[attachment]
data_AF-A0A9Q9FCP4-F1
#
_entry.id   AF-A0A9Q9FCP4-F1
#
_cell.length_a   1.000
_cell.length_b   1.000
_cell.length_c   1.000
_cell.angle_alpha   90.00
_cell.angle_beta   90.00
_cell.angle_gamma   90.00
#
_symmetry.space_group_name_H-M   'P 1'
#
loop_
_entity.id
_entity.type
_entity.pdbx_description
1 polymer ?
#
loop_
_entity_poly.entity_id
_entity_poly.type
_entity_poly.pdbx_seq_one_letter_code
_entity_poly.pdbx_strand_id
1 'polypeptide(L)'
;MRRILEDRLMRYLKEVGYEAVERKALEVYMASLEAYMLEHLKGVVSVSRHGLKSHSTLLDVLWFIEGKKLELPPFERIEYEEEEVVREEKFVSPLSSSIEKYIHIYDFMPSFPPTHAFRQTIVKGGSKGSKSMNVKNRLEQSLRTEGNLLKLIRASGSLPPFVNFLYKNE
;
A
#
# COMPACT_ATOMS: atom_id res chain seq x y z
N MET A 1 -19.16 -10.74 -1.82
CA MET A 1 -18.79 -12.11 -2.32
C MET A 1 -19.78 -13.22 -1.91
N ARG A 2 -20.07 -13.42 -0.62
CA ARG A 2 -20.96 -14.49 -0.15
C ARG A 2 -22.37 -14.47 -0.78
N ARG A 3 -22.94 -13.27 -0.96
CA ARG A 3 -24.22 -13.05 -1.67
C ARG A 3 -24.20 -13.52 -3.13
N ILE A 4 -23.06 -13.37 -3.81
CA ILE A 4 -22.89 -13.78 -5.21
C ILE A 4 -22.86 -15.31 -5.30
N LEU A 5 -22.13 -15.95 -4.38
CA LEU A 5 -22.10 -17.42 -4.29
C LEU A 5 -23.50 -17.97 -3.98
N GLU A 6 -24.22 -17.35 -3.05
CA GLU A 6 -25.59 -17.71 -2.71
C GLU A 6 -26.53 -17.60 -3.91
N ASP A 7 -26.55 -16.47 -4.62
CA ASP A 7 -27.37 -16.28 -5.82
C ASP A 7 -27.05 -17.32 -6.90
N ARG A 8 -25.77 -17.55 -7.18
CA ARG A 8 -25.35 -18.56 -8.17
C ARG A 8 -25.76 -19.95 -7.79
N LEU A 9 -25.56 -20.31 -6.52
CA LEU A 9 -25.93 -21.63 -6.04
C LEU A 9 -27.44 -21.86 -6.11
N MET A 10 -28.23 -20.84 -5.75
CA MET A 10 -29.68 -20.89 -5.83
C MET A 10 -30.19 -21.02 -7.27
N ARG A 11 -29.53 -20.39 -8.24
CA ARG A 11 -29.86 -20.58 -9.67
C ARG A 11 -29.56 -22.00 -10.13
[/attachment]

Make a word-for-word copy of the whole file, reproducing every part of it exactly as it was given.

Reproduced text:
data_AF-A0A9Q9FCP4-F1
#
_entry.id   AF-A0A9Q9FCP4-F1
#
_cell.length_a   1.000
_cell.length_b   1.000
_cell.length_c   1.000
_cell.angle_alpha   90.00
_cell.angle_beta   90.00
_cell.angle_gamma   90.00
#
_symmetry.space_group_name_H-M   'P 1'
#
loop_
_entity.id
_entity.type
_entity.pdbx_description
1 polymer ?
#
loop_
_entity_poly.entity_id
_entity_poly.type
_entity_poly.pdbx_seq_one_letter_code
_entity_poly.pdbx_strand_id
1 'polypeptide(L)'
;MRRILEDRLMRYLKEVGYEAVERKALEVYMASLEAYMLEHLKGVVSVSRHGLKSHSTLLDVLWFIEGKKLELPPFERIEYEEEEVVREEKFVSPLSSSIEKYIHIYDFMPSFPPTHAFRQTIVKGGSKGSKSMNVKNRLEQSLRTEGNLLKLIRASGSLPPFVNFLYKNE
;
A
#
# COMPACT_ATOMS: atom_id res chain seq x y z
N MET A 1 -19.16 -10.74 -1.82
CA MET A 1 -18.79 -12.11 -2.32
C MET A 1 -19.78 -13.22 -1.91
N ARG A 2 -20.07 -13.42 -0.62
CA ARG A 2 -20.96 -14.49 -0.15
C ARG A 2 -22.37 -14.47 -0.78
N ARG A 3 -22.94 -13.27 -0.96
CA ARG A 3 -24.22 -13.05 -1.67
C ARG A 3 -24.20 -13.52 -3.13
N ILE A 4 -23.06 -13.37 -3.81
CA ILE A 4 -22.89 -13.78 -5.21
C ILE A 4 -22.86 -15.31 -5.30
N LEU A 5 -22.13 -15.95 -4.38
CA LEU A 5 -22.10 -17.42 -4.29
C LEU A 5 -23.50 -17.97 -3.98
N GLU A 6 -24.22 -17.35 -3.05
CA GLU A 6 -25.59 -17.71 -2.71
C GLU A 6 -26.53 -17.60 -3.91
N ASP A 7 -26.55 -16.47 -4.62
CA ASP A 7 -27.37 -16.28 -5.82
C ASP A 7 -27.05 -17.32 -6.90
N ARG A 8 -25.77 -17.55 -7.18
CA ARG A 8 -25.35 -18.56 -8.17
C ARG A 8 -25.76 -19.95 -7.79
N LEU A 9 -25.56 -20.31 -6.52
CA LEU A 9 -25.93 -21.63 -6.04
C LEU A 9 -27.44 -21.86 -6.11
N MET A 10 -28.23 -20.84 -5.75
CA MET A 10 -29.68 -20.89 -5.83
C MET A 10 -30.19 -21.02 -7.27
N ARG A 11 -29.53 -20.39 -8.24
CA ARG A 11 -29.86 -20.58 -9.67
C ARG A 11 -29.56 -22.00 -10.13